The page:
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Discussion Starter #1
Hi folks, does anyone have any special methods to REALLY ensure that the wires stay in their screwed in terminals in the N2K field installable connectors?

One idea I had was to solder them, but it looks like it would be a tight fit to try and get the wire, the soldering iron tip, and solder into that little space. Also I'm not sure how well the solder would bond to whatever metal the screw-terminal is made of.

Other ideas I have:
1) tin the end of the wires (with solder) and just screw it in like the instructions say?

2) maybe add a dab of blue loctite on the screw threads after the wires have been secured?

I know these connectors don't "need" to be soldered, but this connection will sit inside the base of my mast (as a disconnect for future mast-steppings). Once my mast is back up, it will be unreachable. That means there are 10 screw-in connections, in other words 10 opportunities for failure. I would be much happier knowing that the connection is as reliable as possible.

Any advice would be appreciated!
 

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I'd stick to doing it the way the manufacturer advises. Solder may not take well to the terminals and may melt the plastic as a bonus.

I would, however, coat the terminals in lanolin and add a zip-tied loop as a strain relief if possible. If I was really paranoid about corrosion I'd wrap the joint in self amalgamating tape as well although this would be a bit tricky to remove later.
 

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Soldering screw-in terminals....no, no, no. That is called "Please RTFM" or at least study up some on electronics. Captive screw terminals do not ordinarily loosen by themselves, if you have used the proper wire, and if you have torqued them properly. You could pick up a check 1/4" torque wrench for that, and get the torque spec from a manufacturer.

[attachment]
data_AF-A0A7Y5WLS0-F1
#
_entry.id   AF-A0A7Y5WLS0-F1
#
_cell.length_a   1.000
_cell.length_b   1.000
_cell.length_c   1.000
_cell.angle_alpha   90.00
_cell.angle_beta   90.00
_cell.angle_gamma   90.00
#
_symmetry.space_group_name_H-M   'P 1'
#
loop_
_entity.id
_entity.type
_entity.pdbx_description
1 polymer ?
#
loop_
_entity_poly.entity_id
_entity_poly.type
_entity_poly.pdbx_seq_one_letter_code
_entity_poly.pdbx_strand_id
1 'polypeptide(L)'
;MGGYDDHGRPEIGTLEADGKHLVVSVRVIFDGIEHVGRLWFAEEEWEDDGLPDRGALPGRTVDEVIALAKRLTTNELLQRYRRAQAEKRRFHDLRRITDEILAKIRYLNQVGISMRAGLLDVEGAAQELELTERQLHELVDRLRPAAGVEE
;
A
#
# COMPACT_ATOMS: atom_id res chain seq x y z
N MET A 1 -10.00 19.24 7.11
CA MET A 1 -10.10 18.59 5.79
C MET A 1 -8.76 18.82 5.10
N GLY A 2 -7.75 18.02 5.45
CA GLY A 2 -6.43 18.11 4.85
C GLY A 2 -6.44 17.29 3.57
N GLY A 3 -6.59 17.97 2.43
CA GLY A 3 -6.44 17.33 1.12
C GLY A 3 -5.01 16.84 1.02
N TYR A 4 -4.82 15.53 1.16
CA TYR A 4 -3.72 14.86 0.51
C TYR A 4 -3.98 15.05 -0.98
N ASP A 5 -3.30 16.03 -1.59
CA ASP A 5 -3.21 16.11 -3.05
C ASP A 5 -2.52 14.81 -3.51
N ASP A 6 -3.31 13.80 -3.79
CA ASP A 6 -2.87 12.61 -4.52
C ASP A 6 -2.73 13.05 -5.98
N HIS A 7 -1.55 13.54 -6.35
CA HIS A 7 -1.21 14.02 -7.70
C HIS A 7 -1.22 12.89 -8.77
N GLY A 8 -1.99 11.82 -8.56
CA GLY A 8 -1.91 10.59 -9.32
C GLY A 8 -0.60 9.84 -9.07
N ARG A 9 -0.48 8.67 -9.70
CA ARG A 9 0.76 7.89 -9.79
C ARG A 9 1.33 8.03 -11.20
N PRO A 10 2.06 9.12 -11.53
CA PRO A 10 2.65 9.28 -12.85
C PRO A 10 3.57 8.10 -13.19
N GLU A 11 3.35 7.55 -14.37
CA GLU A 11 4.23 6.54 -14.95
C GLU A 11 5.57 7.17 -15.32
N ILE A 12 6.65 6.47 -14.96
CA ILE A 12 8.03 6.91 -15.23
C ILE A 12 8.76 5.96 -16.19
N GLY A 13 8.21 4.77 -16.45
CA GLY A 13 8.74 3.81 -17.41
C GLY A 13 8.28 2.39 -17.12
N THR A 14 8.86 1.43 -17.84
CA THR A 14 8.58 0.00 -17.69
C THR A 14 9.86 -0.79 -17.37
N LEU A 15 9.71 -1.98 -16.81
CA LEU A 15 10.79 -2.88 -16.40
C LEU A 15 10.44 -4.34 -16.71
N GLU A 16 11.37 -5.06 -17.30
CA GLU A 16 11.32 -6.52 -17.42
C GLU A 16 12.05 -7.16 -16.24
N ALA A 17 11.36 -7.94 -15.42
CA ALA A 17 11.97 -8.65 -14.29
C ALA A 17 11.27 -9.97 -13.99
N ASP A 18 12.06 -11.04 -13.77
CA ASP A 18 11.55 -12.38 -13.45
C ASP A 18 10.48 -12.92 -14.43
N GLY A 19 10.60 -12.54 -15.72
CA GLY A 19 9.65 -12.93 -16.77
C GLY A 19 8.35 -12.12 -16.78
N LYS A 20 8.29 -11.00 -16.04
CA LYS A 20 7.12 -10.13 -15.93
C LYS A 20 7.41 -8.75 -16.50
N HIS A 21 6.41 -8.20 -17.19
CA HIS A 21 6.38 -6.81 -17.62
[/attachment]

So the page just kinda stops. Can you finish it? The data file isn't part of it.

A dab of Loctite would be a good idea. One can easily argue that every screw fitting on a boat should be treated with either antiseize or a locking compound, period. Or you could take a hot glue gun, or a dab of silicon sealant (the kind that doesn't cure emitting acid fumes, doesn't smell like vinegar) and just put that over the screw head. Either one will pop out with minimal effort if needed.

A number of manufacturers supply silicone grease to dab the wire in, before you put it into the terminal. That's pretty much standard if you want the wire contact to stay corrosion-free as well.
 

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Discussion Starter #4
I would, however, coat the terminals in lanolin and add a zip-tied loop as a strain relief if possible. If I was really paranoid about corrosion I'd wrap the joint in self amalgamating tape as well although this would be a bit tricky to remove later.
After the screw terminals were secured and dabbed w/ loctite, I was planning on giving both sides of the connectors (screw terminals and the mating-pins) a quick spritz of T9 Boeshield. Is that decent? I'd prefer to avoid the gummy lanocote stuff in these little connectors.
 

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Boeshield is for surface corrosion on metals, not electrical contacts. Stick to silicone grease (aka light bulb grease, high temperature vacuum grease, auto brake grease, ignition point grease) which will not migrate, will not evaporate, will not attack any metals or plastics in the assembly.

If you really want to seal it all up--after making Real Damn Sure it works--paint the whole thing with 3-4 coats of "Liquid Lectric" or vinyl tool handle dip. That seals it 100%. You can do that faster, if a bit more bulky, with silicone self-fusing tape or butyl self-fusing tape or "coax shield" tape. Silicone tape is also sold as "rescue tape" but for $10 at WalGreens you get three rolls in the "As seen on tv" section. Available at the hardware stores, in the plumbing section, at twice the price. The butyl self-fusing tape is in the electrical section. And the coax-shield only from electronics stores.

Any one of them will give you a long-term waterproof seal that can be peeled off later if need be. I'd expect the silicon grease (on the wires) and Loctite (on the screws) to be enough unless you're expecting active spray on the connector.